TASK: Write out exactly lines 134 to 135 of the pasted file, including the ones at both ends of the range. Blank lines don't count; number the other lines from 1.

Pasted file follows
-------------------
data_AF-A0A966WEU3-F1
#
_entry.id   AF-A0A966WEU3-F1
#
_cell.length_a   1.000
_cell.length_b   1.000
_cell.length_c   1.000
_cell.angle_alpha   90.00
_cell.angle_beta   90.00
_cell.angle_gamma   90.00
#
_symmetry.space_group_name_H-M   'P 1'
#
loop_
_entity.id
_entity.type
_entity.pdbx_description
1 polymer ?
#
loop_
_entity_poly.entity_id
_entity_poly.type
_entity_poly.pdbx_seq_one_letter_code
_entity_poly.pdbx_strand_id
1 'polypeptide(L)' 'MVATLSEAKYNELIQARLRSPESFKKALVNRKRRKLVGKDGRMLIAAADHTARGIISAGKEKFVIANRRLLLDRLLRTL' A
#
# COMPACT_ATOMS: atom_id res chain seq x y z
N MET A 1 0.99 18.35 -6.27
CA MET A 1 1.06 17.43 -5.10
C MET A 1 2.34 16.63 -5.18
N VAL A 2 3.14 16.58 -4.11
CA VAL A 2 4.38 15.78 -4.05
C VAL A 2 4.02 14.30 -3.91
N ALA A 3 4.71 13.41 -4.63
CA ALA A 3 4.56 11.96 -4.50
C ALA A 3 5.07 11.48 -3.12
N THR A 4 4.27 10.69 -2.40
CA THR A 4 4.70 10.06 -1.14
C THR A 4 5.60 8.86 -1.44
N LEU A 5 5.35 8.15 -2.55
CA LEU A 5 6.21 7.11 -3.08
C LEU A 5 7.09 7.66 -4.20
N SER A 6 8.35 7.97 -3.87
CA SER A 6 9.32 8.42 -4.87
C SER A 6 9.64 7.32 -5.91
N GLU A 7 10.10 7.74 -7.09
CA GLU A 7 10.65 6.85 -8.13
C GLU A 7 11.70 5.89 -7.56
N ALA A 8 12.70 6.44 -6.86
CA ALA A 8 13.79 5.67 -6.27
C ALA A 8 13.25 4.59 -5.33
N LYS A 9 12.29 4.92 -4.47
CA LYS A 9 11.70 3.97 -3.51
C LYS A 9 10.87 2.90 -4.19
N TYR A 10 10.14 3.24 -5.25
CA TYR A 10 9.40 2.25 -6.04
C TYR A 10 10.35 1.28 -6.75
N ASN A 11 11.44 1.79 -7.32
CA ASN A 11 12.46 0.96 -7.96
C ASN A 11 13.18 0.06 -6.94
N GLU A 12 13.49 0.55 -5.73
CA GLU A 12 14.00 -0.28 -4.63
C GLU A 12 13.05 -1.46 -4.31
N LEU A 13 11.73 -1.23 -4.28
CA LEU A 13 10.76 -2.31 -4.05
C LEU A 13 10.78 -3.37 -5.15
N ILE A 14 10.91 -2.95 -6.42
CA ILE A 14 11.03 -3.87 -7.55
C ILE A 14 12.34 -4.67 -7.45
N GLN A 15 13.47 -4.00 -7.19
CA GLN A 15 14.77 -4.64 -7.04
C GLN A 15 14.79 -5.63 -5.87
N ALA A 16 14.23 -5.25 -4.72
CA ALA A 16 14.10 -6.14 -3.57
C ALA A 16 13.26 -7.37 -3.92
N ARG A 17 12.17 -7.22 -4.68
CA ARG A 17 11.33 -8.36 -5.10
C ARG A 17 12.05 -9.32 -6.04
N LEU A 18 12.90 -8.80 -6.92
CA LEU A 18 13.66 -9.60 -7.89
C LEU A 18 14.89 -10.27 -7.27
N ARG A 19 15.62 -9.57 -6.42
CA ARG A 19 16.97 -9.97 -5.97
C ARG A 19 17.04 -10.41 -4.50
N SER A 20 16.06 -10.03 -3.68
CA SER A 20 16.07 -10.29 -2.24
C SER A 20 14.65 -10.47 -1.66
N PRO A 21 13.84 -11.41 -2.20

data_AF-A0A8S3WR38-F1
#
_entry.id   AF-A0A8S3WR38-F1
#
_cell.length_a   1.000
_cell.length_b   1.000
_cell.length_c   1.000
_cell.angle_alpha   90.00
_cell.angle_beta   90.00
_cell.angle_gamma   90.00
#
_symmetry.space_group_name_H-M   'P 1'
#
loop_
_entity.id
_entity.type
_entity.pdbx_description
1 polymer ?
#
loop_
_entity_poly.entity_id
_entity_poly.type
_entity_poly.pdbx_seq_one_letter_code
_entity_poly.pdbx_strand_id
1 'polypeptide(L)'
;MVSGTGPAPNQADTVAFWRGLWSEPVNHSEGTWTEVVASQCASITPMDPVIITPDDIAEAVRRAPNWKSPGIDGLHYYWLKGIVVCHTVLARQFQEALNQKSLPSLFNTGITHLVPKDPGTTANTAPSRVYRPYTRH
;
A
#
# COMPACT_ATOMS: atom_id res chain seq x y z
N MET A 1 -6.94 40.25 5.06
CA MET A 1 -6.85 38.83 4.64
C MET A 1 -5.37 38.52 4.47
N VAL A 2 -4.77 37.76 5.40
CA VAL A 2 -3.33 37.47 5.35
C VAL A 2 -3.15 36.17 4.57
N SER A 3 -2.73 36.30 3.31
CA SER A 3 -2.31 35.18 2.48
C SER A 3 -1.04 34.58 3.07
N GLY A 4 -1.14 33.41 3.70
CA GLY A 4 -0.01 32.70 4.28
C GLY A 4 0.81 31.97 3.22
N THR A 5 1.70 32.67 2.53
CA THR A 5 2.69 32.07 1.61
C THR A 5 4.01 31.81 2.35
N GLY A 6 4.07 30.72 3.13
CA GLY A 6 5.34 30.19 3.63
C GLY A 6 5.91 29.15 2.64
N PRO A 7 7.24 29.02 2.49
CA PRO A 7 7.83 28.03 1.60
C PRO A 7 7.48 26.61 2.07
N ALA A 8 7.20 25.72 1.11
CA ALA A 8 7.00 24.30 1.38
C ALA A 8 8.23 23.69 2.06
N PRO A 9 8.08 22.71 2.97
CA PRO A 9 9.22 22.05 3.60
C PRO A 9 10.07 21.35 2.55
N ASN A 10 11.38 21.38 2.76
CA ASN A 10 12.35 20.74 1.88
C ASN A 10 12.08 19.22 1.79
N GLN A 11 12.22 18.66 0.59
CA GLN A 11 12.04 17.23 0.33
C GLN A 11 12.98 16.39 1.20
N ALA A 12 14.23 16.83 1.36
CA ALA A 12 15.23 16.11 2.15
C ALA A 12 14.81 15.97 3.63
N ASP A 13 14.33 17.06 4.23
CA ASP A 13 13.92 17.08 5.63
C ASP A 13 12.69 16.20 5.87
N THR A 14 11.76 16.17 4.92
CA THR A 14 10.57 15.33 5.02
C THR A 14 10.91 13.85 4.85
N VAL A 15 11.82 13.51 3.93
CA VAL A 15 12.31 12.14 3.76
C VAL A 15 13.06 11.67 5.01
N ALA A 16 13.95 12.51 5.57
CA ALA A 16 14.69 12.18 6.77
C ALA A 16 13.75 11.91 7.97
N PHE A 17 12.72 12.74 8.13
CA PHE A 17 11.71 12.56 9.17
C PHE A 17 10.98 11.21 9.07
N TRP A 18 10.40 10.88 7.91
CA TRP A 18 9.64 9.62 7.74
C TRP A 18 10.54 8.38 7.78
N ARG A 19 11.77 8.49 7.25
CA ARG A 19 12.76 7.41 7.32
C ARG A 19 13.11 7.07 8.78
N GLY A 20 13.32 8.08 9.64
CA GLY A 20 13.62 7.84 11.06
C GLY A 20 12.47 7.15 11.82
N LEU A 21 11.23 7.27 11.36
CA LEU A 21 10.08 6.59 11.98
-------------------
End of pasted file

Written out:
N GLY A 6 4.07 30.72 3.13
CA GLY A 6 5.34 30.19 3.63